1. The semantics of the module path in my hack are fundamentally different from those used by CommonJS / NodeJS. For technical reasons (both iOS sandbox and Scriptable API limitations), the module path is always anchored at Scriptable’s document directory, while the big players anchor it at the call point’s location in the file system. require(‘../lib/module.js’) will not work the way you’d expect it to coming from Node. In such cases, I find it best to not paper over differences by trying to match syntax.
  2. Now you might object that even then, the convenience of not having to type three characters (“.js”) could trump semantics, but consider this:
    • you can’t simply slap on the extension unconditionally because that would just shift the annoyance from always having to type the extension to always having to omit the extension, while also precluding people from using any extension but “.js”;
    • you can’t say “OK, just slap it on if there is no extension already” because there is no easy way to say what actually constitutes an extension if the file name contains a dot anywhere (it’s 2018, even Windows allows extensions of arbitrary length by now, and Apple systems have for ages), which, by the way, they do if you use the Reverse Domain Notation naming scheme common to Apple’s OS. In short, you would end up either dictating a module naming scheme orthogonal to platform conventions (notice anything about the Node module naming conventions?) or having to maintain a list of “allowed alternate extensions” you’d have to update inline in all scripts whenever it changes.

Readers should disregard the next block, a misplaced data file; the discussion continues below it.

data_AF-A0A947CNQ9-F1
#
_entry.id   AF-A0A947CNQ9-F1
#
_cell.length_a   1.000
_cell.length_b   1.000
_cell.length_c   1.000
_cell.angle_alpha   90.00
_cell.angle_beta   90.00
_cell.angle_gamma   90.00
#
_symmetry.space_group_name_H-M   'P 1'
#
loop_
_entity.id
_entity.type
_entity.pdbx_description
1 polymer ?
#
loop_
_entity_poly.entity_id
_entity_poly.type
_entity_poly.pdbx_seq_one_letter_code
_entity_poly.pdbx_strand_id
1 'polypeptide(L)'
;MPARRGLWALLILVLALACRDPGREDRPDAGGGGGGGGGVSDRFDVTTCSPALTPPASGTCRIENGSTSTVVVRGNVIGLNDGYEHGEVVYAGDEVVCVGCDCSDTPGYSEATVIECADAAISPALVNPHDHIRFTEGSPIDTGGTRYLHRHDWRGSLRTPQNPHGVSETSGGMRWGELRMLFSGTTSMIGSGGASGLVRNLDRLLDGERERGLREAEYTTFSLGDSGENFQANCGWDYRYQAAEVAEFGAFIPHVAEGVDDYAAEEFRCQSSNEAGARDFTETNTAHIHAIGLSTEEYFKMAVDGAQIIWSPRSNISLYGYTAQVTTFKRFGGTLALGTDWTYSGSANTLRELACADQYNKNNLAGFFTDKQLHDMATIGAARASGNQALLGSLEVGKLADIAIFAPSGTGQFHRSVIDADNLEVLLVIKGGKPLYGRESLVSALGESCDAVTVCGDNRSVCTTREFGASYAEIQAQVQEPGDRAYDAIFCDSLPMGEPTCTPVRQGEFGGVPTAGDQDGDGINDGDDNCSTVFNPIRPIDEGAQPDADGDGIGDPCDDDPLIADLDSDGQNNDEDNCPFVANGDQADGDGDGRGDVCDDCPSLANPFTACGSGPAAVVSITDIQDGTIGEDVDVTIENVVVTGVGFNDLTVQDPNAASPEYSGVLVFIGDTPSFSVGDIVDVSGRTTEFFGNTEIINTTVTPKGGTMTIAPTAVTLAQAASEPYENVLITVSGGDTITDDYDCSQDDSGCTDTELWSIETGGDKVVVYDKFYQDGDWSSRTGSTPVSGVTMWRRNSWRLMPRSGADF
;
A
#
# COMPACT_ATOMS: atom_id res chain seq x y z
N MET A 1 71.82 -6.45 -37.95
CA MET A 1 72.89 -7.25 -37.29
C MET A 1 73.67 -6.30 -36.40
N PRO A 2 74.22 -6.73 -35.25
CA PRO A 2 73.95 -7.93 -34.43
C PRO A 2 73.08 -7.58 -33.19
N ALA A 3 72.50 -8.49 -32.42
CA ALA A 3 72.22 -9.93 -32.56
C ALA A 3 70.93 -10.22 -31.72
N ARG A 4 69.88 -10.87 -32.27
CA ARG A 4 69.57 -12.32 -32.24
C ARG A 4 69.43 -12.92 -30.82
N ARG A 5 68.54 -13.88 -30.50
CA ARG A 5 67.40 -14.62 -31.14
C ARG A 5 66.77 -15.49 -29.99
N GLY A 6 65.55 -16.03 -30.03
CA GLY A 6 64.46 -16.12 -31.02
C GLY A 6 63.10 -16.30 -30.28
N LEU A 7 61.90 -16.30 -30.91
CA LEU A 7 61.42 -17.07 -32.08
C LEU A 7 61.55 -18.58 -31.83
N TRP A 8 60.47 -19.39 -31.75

All of this is solvable, but not within six lines of inlined code in a way that scales safely. I’m not opposed to “magic” functionality as such, but in this case, I feel the convenience of not adding the extension to the call is not worth the hassle. Feel free to try to change my mind, of course!

1 Like

I agree, there’s really a lot more to it.
My line of thought is to actually to only replace path with (path.replace(/\.js$/,'') + '.js'). This handles both having/not having the extension and reverse domain name notation.
But yes, this would be limited to only using .js as the extension.

That actually was exactly my first naive implementation … however, as I stated, all this achieves is creating a restriction on file naming, all at the cost of one extra line of code in a snippet that needs to be inlined everywhere. I also happen to think that using the extension more clearly communicates intent, i.e. that you require a file, not some abstract module.

Anyway, lots of words to say I won’t be adding this into my reference snippet. You are of course free to modify it for your own usage!

CAVEAT: the following is just a technical tidbit without practical usage. For a module importing system that actually works, see my require() code above.